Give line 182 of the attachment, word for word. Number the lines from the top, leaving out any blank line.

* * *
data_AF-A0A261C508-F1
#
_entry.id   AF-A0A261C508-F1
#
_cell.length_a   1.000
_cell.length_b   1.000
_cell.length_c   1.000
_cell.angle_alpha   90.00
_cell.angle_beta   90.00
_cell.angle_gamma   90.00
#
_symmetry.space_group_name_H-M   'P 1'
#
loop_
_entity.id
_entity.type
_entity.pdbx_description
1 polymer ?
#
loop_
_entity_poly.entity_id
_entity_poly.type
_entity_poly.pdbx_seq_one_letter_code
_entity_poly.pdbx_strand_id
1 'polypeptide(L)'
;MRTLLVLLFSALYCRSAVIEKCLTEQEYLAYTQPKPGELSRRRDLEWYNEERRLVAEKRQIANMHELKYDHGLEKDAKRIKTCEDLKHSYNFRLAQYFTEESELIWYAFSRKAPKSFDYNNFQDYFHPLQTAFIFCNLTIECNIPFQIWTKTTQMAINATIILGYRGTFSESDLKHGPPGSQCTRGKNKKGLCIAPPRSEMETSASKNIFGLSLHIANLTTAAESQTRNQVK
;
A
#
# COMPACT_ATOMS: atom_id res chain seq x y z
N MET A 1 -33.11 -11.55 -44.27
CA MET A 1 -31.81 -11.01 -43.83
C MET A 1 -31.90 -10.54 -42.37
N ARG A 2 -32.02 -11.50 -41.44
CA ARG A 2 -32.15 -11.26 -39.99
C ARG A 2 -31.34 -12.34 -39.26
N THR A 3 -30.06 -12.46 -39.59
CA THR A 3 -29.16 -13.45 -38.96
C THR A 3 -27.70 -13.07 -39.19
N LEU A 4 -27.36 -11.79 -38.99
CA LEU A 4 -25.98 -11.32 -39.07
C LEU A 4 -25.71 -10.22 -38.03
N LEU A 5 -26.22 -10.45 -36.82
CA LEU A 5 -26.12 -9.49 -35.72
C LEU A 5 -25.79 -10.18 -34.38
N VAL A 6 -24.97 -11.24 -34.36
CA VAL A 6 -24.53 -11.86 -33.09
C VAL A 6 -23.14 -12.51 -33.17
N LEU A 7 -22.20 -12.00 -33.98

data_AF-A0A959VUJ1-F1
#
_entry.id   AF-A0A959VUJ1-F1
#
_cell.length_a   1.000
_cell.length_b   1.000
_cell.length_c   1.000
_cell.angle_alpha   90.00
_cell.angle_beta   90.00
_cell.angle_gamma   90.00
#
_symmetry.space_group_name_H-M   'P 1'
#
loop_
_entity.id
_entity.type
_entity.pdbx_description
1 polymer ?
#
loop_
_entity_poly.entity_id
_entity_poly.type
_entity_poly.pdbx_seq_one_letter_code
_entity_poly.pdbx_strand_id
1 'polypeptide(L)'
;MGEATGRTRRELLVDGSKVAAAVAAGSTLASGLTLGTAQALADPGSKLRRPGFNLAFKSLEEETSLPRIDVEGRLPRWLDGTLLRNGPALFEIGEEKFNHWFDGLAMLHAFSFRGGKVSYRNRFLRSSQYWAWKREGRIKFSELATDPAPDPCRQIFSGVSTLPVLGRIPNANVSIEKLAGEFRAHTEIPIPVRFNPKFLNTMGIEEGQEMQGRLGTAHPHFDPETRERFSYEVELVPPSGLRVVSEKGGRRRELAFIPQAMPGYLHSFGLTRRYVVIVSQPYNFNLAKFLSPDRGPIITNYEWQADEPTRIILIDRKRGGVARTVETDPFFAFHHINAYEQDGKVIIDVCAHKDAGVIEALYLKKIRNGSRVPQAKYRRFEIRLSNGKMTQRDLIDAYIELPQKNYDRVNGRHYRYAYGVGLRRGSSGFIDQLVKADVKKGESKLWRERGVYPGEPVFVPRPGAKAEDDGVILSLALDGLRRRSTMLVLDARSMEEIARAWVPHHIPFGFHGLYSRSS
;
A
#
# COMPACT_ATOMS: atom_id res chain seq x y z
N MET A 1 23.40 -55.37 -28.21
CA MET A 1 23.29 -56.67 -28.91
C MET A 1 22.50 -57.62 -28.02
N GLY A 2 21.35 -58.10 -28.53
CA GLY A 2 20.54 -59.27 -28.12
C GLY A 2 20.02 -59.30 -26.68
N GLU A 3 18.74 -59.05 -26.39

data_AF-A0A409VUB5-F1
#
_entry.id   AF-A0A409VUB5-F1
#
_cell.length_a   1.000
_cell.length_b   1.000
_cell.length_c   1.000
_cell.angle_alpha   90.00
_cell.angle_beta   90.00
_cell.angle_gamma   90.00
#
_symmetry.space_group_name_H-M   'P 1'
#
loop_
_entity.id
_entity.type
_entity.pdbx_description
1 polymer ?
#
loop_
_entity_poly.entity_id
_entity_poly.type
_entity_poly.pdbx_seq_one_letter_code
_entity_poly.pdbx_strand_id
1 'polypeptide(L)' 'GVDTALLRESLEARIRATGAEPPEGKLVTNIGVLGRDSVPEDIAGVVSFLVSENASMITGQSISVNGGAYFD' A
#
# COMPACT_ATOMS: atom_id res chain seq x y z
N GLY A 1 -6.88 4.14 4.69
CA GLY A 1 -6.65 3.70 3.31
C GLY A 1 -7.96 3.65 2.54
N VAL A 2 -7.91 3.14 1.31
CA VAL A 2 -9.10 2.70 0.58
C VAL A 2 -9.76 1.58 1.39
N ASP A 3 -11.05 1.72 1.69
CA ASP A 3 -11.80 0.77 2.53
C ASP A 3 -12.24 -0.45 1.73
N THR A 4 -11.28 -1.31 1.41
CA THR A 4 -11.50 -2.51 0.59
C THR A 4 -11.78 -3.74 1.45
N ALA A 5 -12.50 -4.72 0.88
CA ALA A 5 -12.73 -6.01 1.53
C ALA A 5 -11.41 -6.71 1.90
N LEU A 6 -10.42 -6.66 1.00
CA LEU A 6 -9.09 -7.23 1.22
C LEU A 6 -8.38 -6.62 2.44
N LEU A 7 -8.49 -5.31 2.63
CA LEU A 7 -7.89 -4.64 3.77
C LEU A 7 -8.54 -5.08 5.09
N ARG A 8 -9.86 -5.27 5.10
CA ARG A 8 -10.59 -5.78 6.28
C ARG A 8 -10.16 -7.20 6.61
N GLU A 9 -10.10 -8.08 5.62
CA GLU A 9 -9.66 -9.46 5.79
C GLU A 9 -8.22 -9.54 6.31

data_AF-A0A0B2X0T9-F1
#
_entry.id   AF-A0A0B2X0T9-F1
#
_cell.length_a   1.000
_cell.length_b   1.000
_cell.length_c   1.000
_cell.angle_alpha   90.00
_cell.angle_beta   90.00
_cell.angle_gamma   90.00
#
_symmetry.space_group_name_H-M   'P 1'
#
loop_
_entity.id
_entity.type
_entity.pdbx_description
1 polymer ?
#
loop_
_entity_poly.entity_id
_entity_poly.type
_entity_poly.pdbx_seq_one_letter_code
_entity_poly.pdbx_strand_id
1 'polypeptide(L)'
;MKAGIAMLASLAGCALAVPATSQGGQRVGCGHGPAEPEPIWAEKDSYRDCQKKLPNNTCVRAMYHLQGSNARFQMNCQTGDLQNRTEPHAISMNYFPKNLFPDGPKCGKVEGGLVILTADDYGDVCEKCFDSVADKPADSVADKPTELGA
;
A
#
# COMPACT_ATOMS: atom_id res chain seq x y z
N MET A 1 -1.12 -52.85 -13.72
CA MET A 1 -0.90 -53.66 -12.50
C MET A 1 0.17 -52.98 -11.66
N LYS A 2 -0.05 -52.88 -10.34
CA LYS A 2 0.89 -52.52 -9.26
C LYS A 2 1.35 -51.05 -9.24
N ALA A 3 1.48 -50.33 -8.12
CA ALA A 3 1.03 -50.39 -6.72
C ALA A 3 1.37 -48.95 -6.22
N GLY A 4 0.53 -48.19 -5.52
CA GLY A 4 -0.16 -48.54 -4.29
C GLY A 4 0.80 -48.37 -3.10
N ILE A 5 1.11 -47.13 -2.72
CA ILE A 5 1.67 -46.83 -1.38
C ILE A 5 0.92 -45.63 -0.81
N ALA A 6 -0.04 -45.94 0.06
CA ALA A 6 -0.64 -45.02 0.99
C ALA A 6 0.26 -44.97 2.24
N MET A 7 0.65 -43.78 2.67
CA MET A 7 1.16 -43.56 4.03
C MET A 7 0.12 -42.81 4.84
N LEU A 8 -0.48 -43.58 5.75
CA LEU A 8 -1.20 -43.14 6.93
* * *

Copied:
C GLY A 4 0.80 -48.37 -3.10